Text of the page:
January is ending soon, but to those in the Asian diaspora who celebrate Lunar New Year, the festive mood has just begun. Known by many names, Tết in Vietnam, Chunjie in China, Solnal in Korea or Losar in Tibet, Lunar New Year is one of the biggest annual holidays, when families gather and feast on a wide spread of dishes (before Covid.)
Even though this year’s celebration is quieter, we can still enjoy ourselves. Let’s welcome the year of the ox with these dessert boxes. Their East-meets-West flavors will lift your spirits whenever your sweet cravings strike. They make beautiful gifts for family and friends too.
Owned by husband-and-wife duo Bruce Lee and Stephanie Duong, Roselle is a famous name among dessert lovers in Toronto.
After graduating from the Culinary Arts program at George Brown College, the couple travelled in Europe and worked in prominent pastry kitchens there. With these years of experience under their belt, they opened Roselle in the Corktown neighborhood in 2015. The bakery is known for its handcrafted French-inspired pastries blended with local influence.
Their Lunar New Year Cookie box includes different types of cookies with various flavors, such as oolong, earl grey and coconut. You can find cashew brittles and caramels, common treats in Lunar New Year’s snack platters, too.
A small tin costs $40, while a large one sets you back $50. These cookies sell out fast, so make sure you order when the website opens!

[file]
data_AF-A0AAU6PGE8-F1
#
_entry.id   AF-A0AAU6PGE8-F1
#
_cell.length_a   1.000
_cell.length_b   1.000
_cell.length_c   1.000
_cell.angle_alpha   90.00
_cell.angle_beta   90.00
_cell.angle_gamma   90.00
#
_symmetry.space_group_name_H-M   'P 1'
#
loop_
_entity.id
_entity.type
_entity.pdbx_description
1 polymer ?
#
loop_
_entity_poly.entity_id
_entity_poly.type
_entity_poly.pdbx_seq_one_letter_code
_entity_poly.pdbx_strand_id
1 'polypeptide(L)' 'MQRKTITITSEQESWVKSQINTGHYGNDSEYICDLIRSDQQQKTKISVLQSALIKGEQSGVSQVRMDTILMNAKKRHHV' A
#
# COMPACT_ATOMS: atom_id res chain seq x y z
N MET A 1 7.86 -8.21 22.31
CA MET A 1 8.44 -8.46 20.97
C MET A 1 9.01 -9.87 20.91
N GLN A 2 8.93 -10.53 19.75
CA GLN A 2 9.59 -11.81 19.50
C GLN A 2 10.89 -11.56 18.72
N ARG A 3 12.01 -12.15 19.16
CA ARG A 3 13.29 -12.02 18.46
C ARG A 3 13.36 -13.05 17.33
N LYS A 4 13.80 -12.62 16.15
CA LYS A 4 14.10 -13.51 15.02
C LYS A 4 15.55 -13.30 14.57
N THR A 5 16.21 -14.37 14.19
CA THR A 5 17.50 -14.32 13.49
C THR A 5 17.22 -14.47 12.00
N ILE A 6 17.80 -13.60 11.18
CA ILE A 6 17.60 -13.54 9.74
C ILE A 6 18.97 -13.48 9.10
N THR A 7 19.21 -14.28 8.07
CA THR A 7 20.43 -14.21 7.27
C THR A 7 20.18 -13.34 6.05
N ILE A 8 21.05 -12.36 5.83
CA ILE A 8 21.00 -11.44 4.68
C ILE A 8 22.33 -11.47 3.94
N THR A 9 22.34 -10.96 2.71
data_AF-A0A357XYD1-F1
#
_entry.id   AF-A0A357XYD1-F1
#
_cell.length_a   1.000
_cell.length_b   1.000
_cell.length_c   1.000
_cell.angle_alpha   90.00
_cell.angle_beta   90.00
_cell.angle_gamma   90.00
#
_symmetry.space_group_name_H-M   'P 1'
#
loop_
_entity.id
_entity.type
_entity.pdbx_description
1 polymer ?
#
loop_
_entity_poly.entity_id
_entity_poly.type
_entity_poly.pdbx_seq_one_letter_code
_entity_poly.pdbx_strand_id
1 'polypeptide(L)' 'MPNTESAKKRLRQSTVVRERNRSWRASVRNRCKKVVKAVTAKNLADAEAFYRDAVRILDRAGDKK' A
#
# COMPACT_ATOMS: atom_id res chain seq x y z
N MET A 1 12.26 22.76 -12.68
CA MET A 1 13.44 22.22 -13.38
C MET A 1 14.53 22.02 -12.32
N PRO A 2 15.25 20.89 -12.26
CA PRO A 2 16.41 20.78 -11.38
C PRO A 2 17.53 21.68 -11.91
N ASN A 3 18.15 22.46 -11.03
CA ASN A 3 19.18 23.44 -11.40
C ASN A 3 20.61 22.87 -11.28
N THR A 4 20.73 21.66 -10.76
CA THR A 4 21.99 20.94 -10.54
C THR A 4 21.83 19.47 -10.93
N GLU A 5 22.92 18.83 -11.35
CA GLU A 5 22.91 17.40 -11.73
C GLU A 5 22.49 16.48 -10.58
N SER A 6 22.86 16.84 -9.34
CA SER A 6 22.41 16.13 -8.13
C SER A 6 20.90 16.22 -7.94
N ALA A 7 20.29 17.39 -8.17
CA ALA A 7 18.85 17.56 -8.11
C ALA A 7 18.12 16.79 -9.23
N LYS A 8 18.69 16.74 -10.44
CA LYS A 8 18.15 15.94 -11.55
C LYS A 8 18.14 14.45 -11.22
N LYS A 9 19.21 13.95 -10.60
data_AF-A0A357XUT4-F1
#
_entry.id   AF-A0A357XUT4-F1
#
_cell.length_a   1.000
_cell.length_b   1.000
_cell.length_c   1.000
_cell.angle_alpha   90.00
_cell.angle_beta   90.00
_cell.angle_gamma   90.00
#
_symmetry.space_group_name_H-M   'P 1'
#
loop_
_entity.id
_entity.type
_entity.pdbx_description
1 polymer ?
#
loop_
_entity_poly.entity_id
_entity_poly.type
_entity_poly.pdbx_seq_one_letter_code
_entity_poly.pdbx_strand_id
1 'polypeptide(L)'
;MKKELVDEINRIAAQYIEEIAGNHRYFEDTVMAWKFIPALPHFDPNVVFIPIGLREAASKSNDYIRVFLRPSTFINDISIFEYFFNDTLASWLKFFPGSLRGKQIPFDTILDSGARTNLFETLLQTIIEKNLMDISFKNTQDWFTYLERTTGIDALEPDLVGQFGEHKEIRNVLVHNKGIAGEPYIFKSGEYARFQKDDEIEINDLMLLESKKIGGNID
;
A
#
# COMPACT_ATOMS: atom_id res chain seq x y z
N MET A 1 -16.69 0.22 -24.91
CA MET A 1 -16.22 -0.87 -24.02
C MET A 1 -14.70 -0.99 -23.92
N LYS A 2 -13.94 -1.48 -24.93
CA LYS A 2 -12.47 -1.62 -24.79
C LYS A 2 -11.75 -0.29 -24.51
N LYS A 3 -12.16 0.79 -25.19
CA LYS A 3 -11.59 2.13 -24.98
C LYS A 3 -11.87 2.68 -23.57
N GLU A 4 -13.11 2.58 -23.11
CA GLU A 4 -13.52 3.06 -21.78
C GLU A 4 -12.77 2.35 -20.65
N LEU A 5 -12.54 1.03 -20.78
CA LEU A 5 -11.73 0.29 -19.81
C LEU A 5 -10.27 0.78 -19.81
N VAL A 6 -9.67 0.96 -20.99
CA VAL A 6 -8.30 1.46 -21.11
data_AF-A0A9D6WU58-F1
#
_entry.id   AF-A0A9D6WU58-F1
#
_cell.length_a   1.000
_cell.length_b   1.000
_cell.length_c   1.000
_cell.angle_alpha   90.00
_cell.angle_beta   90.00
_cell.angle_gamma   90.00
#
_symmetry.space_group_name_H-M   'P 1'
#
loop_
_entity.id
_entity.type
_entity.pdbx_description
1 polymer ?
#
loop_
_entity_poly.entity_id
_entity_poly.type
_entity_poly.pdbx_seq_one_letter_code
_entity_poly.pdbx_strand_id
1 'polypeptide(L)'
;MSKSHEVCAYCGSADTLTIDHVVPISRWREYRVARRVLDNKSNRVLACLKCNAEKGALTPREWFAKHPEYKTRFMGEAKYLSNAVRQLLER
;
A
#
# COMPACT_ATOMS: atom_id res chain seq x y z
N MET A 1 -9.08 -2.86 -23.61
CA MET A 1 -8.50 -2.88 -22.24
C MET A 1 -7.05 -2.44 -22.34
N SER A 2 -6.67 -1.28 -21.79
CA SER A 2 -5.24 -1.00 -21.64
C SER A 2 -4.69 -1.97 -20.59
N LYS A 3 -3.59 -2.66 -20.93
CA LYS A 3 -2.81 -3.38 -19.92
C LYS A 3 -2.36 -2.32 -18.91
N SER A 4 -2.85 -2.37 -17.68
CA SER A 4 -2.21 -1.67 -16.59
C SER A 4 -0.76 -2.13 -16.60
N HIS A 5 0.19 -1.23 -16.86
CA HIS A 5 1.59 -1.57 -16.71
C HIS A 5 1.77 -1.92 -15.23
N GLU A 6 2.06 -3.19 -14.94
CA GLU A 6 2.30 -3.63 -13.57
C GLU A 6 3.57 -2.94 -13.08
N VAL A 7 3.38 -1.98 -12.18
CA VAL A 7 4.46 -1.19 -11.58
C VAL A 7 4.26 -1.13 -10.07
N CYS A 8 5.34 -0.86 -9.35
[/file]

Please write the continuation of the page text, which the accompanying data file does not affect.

The Social Blend is a café with industrial décor in midtown Toronto, founded in 2019 by three university friends (also coffee enthusiasts) who met in college. It serves ethically sourced coffee beans roasted by Hatch and Korean-inspired macarons.
Their pastries are Instagrammable, with their plump filling sandwiched between two layers of bright macaron shells. These are definitely chunkier than the original French version. You can find a wide variety of flavors that rotate monthly, ranging from peanut butter, matcha to black sesame and red bean.
The Social Blend’s Lunar New Year edition offers nine macarons in nine flavors for $40. You can pre-order now on the website and pick up or have it delivered from February 11 to February 17.
Taiwan-based Hazukido is the newest kid to the Canadian fancy croissant scene. Its store at Toronto’s Bay-Dundas intersection, opened during the pandemic, is its first foray into North America.
The bakery incorporates East Asian flavors with French-pastry techniques to come up with 14 varieties. Their prices range from $3 to $5.5. You can find basic plain-vanilla croissants with custard or more unusual ones, such as salted egg yolk. There are truffle-crab and butter-garlic flavors for those who want to enjoy these buttery pastries with a savory touch. Drink options include hot and cold coffees, as well as bubble teas. Hazukido’s Lunar New Year Box costs $26 for six croissants in six different flavors (honeycomb, deluxe chicken, smoked cheese chicken and three surprise flavors.) You can pre-order now and pick up at the store or have it delivered.
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